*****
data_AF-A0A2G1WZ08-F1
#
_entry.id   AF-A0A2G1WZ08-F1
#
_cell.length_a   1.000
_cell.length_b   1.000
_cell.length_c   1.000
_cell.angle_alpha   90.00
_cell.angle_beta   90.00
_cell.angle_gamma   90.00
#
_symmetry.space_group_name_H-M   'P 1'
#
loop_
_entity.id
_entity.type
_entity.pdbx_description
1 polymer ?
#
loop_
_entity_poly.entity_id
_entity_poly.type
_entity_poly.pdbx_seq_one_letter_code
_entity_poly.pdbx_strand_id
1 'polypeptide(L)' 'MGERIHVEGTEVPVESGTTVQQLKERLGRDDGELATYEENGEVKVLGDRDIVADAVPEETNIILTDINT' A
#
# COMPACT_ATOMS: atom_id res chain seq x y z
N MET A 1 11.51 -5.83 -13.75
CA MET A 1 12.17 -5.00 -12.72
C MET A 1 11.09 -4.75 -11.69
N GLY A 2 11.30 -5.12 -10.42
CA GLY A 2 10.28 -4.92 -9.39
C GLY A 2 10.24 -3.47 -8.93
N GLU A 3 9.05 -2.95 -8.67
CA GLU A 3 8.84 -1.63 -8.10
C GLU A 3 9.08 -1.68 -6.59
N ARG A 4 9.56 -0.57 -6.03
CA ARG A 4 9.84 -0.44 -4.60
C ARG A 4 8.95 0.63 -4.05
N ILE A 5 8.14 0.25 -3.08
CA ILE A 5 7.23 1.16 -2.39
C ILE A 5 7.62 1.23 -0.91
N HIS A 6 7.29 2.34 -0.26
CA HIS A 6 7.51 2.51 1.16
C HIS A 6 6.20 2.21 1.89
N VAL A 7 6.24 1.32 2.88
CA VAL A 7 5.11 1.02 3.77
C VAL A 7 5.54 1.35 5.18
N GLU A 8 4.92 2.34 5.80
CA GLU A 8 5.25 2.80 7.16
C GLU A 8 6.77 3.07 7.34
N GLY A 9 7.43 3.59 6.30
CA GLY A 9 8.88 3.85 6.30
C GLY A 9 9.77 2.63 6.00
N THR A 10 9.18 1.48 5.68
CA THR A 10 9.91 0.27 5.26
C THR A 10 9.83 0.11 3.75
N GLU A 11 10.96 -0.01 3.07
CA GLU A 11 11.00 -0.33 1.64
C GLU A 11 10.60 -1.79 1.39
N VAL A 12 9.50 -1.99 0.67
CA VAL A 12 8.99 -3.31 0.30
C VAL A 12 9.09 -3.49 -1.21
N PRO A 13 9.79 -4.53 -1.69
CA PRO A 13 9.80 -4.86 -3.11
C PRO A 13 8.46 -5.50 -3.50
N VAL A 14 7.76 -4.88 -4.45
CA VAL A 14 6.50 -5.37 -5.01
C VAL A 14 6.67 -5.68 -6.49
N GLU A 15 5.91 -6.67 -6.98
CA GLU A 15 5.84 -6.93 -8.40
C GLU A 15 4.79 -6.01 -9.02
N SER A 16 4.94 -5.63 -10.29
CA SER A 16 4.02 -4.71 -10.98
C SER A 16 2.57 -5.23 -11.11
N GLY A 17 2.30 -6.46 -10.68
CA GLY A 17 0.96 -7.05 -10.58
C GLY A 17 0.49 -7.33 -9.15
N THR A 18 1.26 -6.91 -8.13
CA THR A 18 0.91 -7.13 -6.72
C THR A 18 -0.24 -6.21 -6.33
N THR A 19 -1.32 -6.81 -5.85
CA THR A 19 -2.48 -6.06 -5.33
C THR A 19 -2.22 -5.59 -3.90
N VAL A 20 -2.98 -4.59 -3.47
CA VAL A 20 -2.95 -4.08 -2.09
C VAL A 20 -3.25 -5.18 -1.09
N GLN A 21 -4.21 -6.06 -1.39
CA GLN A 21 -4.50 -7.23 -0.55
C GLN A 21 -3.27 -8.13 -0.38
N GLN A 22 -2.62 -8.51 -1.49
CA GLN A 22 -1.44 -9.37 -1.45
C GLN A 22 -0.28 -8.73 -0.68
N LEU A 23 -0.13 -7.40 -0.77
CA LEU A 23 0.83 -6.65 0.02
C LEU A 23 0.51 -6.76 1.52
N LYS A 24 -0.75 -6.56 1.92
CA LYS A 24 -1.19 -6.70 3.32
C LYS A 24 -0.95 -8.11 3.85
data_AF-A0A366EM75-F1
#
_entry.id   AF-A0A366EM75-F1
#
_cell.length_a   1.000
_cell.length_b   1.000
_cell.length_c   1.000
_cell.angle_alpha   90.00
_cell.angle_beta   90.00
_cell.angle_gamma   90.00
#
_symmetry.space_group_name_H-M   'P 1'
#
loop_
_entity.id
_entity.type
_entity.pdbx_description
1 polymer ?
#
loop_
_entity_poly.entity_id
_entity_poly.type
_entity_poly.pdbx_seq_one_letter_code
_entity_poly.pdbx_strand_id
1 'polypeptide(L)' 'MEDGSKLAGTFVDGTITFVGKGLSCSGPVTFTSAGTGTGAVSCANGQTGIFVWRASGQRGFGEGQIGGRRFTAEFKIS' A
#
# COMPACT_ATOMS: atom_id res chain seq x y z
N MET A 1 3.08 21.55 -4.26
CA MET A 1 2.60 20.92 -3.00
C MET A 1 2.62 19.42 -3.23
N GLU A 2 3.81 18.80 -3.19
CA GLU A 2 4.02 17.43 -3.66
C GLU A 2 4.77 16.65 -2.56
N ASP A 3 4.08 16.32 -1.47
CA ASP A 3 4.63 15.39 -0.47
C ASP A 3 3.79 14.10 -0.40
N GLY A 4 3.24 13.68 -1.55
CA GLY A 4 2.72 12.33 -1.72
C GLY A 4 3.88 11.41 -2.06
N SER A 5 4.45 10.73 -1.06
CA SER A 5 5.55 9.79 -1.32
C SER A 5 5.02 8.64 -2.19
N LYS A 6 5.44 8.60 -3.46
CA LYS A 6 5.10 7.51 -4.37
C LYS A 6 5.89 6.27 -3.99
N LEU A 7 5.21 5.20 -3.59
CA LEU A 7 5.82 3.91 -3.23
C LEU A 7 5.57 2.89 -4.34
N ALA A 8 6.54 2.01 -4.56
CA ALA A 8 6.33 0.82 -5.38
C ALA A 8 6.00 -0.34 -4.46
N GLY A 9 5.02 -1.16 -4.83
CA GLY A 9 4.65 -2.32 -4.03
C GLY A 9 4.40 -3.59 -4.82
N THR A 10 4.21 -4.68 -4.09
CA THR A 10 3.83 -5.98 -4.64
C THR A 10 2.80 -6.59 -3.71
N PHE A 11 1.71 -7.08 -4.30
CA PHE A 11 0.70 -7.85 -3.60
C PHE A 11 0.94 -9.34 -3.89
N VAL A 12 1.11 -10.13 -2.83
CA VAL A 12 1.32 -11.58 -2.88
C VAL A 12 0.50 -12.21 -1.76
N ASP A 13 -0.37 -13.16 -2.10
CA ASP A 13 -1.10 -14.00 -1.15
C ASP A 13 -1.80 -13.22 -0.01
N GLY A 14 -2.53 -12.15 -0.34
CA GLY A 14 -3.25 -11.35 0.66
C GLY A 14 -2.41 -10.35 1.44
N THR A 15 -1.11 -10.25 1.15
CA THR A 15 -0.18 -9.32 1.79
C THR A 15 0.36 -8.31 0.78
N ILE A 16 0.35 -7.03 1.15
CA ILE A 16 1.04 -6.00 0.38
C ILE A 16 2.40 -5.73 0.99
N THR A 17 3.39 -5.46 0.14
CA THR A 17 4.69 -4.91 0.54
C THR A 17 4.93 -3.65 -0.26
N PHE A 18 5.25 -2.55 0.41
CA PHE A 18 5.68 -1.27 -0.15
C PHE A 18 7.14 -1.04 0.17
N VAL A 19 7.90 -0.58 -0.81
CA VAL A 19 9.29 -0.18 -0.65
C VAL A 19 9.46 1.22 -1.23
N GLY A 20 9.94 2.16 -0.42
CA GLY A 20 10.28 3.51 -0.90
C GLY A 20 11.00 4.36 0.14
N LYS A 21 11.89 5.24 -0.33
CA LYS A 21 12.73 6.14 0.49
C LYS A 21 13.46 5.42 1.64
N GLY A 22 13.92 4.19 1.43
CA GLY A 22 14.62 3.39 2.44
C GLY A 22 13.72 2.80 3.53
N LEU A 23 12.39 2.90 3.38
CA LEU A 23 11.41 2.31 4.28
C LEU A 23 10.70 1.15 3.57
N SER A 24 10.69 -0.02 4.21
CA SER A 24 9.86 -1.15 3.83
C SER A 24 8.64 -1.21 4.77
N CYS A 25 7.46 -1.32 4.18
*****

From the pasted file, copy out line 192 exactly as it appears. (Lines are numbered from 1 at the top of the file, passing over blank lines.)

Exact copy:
C GLY A 22 13.72 2.80 3.53